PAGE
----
The lives of two men were celebrated at the Silver Spring Fire Station. Both a father and son lost their lives from service connected illnesses. Despite their illnesses, they never fell short of what they loved doing– helping the community.
“The reason we do this is because we want to give back to the community. This is what they’ve done. They’re all about community. My dad and my brother were always giving back and we feel that it’s important to keep them alive by doing something that they would’ve done themselves,” said Eliana Mann, daughter and sister of the father-son duo.
Both men worked at fire station 16 in Silver Spring. Carlos Alfaro Jr. died in 2006 from contracting Hepatitis C. Three years later his father died as a result from asbestos and cancer in his blood cells. Eliana said they held the blood drive so her father and brother can live on.
“If they were here they would be very proud. This is something that they would’ve been excited. They would’ve been animated,” Eliana said.
Eliana said almost everyone that has touched her life came to support the blood drive, including her 17-year-old daughter Alessandra Mann. Seventeen is the minimum age you can donate blood with parental permission at the blood drive.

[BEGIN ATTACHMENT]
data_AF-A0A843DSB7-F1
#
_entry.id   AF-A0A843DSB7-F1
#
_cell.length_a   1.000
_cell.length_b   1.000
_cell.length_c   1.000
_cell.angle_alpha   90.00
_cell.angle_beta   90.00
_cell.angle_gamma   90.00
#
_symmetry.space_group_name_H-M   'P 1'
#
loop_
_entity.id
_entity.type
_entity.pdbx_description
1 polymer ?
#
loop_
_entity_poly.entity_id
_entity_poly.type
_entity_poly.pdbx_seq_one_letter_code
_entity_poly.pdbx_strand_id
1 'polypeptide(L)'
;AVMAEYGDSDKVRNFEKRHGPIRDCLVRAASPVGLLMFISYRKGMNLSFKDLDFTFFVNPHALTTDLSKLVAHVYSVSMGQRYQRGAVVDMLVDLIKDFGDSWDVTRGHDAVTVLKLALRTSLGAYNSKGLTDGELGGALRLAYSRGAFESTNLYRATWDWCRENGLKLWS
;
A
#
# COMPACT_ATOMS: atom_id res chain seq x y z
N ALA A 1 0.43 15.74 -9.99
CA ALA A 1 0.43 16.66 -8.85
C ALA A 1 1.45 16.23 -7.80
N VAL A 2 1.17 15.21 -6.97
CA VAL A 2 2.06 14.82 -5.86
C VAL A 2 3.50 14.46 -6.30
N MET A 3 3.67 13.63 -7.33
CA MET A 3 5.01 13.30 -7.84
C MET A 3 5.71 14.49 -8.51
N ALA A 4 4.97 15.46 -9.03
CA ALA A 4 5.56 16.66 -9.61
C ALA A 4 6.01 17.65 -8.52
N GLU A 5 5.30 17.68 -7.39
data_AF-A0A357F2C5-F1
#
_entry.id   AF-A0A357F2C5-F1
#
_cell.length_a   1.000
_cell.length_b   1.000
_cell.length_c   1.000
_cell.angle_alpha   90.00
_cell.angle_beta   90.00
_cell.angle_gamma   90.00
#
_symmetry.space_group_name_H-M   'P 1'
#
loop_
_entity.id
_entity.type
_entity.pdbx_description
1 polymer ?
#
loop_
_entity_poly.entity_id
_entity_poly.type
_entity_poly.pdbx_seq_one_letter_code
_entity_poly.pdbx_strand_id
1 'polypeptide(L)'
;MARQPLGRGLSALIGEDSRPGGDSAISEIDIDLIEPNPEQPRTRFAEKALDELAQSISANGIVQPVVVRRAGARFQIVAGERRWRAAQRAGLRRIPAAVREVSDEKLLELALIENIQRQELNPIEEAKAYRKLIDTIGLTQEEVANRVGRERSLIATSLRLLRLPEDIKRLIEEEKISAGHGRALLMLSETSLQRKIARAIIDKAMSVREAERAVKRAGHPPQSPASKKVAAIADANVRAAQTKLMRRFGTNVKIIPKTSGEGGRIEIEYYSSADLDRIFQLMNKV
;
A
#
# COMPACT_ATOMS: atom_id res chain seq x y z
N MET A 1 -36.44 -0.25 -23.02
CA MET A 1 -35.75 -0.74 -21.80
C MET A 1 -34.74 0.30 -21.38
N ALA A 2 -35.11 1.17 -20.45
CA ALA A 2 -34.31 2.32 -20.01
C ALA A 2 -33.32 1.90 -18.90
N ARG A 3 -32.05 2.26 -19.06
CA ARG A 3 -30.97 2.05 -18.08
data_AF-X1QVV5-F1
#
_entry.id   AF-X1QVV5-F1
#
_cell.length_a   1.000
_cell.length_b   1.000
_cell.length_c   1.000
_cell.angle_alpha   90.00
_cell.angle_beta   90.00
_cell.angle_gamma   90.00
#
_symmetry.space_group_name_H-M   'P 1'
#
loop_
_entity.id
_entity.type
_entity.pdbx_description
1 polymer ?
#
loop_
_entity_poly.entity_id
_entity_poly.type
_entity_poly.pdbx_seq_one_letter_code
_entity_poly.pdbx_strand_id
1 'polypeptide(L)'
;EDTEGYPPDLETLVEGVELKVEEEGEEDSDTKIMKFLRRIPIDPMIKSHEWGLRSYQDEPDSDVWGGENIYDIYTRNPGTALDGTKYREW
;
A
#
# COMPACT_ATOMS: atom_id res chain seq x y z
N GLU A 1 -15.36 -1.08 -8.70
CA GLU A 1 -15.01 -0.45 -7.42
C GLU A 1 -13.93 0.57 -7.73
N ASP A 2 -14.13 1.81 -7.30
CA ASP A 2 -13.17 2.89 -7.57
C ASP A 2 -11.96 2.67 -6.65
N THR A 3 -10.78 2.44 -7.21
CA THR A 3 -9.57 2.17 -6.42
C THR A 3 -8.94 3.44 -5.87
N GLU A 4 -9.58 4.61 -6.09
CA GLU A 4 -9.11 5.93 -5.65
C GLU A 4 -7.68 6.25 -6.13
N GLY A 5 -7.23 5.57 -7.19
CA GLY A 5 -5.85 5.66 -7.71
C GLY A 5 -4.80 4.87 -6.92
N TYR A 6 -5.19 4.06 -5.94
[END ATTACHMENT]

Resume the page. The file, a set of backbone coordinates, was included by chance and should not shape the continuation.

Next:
“This is my first time. I’m very nervous. I’m very scared of needles. But this is something that’s so important to me that I’m going to do it no matter what. I have to do it,” said Alessandra Mann, granddaughter and niece.
Alessandra said she hopes more people donate and has some advice for those who are scared.
“Although it’s terrifying you’re doing it for the most amazing cause. You have to have that in your head. Like, they’re sticking a freaking needle in your arm. Like, that’s terrifying. But you can’t think of that. You have to think I’m doing this for other families. Other families are going to get so much extra time with their precious loved ones and that’s really all that matters,” Alessandra said.
Both Eliana and Alessandra said the multiple blood transfusions their relatives received allowed them to spend extra time with their family they wouldn’t have had otherwise.